Cape Town - From Lamborghini's future road cars, to Ferrari's name fail and Opel's up for sale. Lance Branquinho looks at the top five motoring moments of February.
Huracan to debut Lamborgini active aero
The history might be more tractors than Formula 1 cars, but that doesn’t mean Lamborghini can’t be equally as clever as that other Italian supercar brand.
Lamborghini’s announced its future road cars will feature active aerodynamics, a migratory F1-style technology for private vehicles. The debut model for Lamborghini’s fancy-flaps will be its new Huracan Performante.
WATCH: Lamborghini teases Huracan Performante at the Nürburgring
These drag reduction systems, which mostly function by having active winglets, spoilers and grille slats, provide the dual purposing of downforce in fast seeps, or optimal cooling at low speeds, whilst also enabling the top speed potential Lamborghinis are renowned for.
Beyond the functionality, observing that rear wing lower automatically at speed in your rear-view mirror, will rekindle the supercar room poster happiness which is latent in all of us.
Suzuki recalls a single Cappuccino
Recalls are the awful reality of an automotive industry trying to match the model frequency of Smartphones. Too many different models, being produced in too short a frame of time. The consequence of: an unpleasant succession of recalls.
Suzuki was the latest victim of this public embarrassment, in February. See, a 1996 Cappuccino, numbered EA21R-102188, did not have K6A registration engraving on its engine. Hence the recall For one, single, car.
Commitment to quality like no other, from Suzuki. That’s thorough inventory to ownership control systems: being able to trace one car with an absent engine stamping, 21 years later.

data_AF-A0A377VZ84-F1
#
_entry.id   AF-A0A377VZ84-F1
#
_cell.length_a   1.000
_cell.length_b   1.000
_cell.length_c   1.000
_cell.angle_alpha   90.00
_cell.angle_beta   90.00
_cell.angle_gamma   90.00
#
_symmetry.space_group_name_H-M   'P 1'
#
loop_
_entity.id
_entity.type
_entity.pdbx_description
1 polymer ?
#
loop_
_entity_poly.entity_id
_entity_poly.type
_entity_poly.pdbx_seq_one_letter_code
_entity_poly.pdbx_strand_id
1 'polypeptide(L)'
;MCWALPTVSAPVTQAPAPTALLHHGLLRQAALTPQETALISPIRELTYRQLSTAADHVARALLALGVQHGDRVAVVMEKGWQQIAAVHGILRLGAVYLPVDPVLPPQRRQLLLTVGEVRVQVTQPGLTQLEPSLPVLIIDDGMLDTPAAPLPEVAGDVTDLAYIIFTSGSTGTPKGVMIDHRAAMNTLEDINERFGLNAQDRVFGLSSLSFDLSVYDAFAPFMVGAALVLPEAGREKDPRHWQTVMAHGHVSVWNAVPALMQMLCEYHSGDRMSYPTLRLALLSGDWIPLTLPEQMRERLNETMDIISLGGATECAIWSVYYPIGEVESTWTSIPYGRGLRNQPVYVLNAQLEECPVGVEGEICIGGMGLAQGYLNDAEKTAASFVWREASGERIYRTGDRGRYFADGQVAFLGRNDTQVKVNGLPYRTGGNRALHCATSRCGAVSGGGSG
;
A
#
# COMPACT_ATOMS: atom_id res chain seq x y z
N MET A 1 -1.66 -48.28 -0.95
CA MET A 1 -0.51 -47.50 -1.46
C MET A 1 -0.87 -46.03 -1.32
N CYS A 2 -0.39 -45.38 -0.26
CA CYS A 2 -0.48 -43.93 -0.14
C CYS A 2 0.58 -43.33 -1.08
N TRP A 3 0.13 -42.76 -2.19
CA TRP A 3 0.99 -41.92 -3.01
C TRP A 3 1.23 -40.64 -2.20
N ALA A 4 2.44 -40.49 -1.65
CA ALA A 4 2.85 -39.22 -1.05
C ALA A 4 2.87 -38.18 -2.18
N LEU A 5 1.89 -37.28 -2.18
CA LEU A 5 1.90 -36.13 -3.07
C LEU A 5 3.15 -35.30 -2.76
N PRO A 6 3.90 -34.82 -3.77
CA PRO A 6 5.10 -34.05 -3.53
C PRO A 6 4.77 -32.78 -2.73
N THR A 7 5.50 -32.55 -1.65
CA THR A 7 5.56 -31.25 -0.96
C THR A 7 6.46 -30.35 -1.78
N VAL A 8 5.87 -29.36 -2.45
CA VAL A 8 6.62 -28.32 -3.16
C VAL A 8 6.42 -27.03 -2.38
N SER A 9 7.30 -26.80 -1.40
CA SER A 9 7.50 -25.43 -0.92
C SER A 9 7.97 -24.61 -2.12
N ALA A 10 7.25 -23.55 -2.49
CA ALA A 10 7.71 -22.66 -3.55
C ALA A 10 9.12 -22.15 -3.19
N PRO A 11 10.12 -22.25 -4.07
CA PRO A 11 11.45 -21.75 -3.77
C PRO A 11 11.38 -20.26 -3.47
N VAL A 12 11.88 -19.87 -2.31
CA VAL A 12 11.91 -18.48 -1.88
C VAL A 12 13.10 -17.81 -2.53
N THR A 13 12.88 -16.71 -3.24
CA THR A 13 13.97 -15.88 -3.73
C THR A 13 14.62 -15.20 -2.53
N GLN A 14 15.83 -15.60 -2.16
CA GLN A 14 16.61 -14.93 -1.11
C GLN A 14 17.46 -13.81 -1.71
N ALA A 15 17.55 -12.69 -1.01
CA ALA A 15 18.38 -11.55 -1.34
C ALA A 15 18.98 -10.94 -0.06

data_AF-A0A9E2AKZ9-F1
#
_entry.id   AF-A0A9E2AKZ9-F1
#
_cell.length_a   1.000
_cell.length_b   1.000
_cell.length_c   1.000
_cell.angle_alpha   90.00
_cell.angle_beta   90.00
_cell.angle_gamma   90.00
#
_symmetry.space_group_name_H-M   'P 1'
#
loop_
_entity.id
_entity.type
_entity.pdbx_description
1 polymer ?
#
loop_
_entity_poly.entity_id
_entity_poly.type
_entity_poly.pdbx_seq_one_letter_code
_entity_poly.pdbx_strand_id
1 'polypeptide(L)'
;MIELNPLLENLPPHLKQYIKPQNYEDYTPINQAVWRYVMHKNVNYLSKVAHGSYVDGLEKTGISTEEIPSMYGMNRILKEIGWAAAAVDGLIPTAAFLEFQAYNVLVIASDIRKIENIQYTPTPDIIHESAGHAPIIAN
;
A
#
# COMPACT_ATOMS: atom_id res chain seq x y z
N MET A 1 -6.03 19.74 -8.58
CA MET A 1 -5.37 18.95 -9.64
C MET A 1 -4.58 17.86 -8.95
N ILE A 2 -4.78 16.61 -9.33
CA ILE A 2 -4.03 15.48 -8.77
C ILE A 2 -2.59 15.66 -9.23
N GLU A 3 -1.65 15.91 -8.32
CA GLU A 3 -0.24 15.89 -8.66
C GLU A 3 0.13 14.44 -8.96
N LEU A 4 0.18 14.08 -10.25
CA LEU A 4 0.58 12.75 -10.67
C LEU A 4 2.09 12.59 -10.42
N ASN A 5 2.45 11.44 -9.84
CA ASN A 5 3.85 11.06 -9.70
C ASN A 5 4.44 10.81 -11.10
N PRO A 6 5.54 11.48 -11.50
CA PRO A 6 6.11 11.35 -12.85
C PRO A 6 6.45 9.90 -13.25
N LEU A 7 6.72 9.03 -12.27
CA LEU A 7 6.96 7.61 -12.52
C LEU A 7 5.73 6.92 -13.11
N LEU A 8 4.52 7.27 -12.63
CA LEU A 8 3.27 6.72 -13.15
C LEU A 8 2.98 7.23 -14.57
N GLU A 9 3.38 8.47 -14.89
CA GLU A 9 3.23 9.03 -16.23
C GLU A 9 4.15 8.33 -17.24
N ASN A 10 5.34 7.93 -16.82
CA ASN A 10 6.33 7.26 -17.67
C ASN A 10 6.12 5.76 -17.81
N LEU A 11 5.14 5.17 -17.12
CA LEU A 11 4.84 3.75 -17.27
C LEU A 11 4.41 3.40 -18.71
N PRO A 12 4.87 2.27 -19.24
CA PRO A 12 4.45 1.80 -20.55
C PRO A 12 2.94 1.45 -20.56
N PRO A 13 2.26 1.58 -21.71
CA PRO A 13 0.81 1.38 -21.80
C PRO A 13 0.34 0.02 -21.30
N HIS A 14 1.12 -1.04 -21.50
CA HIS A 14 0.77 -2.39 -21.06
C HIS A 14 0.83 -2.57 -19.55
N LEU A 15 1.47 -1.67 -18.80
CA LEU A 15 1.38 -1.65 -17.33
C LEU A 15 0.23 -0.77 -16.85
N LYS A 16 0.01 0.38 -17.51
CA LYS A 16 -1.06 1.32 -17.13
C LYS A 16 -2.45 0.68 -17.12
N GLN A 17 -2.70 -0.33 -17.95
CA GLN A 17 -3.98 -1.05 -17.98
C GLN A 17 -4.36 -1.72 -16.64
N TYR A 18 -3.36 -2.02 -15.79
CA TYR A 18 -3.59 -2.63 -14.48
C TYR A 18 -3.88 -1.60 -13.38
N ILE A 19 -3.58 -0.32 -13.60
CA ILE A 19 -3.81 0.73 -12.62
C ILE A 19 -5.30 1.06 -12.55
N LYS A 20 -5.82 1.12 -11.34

Abysmally ugly F1 cars
F1 has long ceased to be a form of motorsport. It’s associated engineering attributes are more aviation than anything else. That the cars have wheels to steer them are nearly incidental.
For the 2017 season function crushes form, yet again. The consequences of F1’s new rules are demonstrated in all awfulness with Force India’s VJM10.
LIVE: #F1Testing in Spain - all the teams
Note its nose bump, nostrils and winglets, the latter which appear to be shards of carbon-fibre, accidentally dropped, recollected and then glued asymmetrically to the corners of that front wing.
And the platypus nose We thought that had died with the 2014 season. Alas. No.
Ferrari stating the obvious
They work particularly hard at Ferrari: F1 cars, supercars, peak caps, fragrances. It’s a terrifically diverse business.
No surprise, then, that the marketing department is occasionally overwhelmed and short on ideas. Evidence of this? The company’s fastest ever V12 Berlinetta, which also happens to home its most powerful naturally-aspirated engine yet, simply named: Superfast. That’s right. The Superfast. You cannot fault Ferrari for an attempt at ambiguity.
We’d think a 6.5-litre V12 good for 588kW and 0-100kph in 2.9 seconds would qualify for naming convention oozing Italian hyperbole. Yet it doesn’t. In all likelihood, also the very last of Ferrari’s naturally-aspirated V12 road cars, so if you wish to invest in one – we’d sure you’ll make a fair amount of money back by February 2025.
Opel an outcast
In the automotive market of 2017, who wouldn’t want to work for, own equity in or do business with a German car-maker? Well, Opel – it seems.
The beleaguered German division of GM is up for sale, after the Americans have decided the high labour costs, slow growth and minimal margin European auto market isn’t particularly interesting to them anymore.
Opel has a terrific portfolio of cars, engineering patents and advanced electrification technologies. Despite all of this it remains a flailing company. Business rescue has allegedly been secured from across the (French) border, with the PSA group (Peugeot/Citroen) interested in acquiring Opel.
The issues are plentiful, though. Will Vauxhall survive as a twin-brand, with its assembly plants, in the United Kingdom - especially with a looming Brexit? And can PSA make Opel work, although both companies compete very directly with each other on product? Will be a tragedy if Opel becomes the second European Saab.
That said, your OPC-anything and all those Cosworth 16V cylinder-head Opels of the late 1980s and early 1990s, would possibly become rather collectable is it all fails.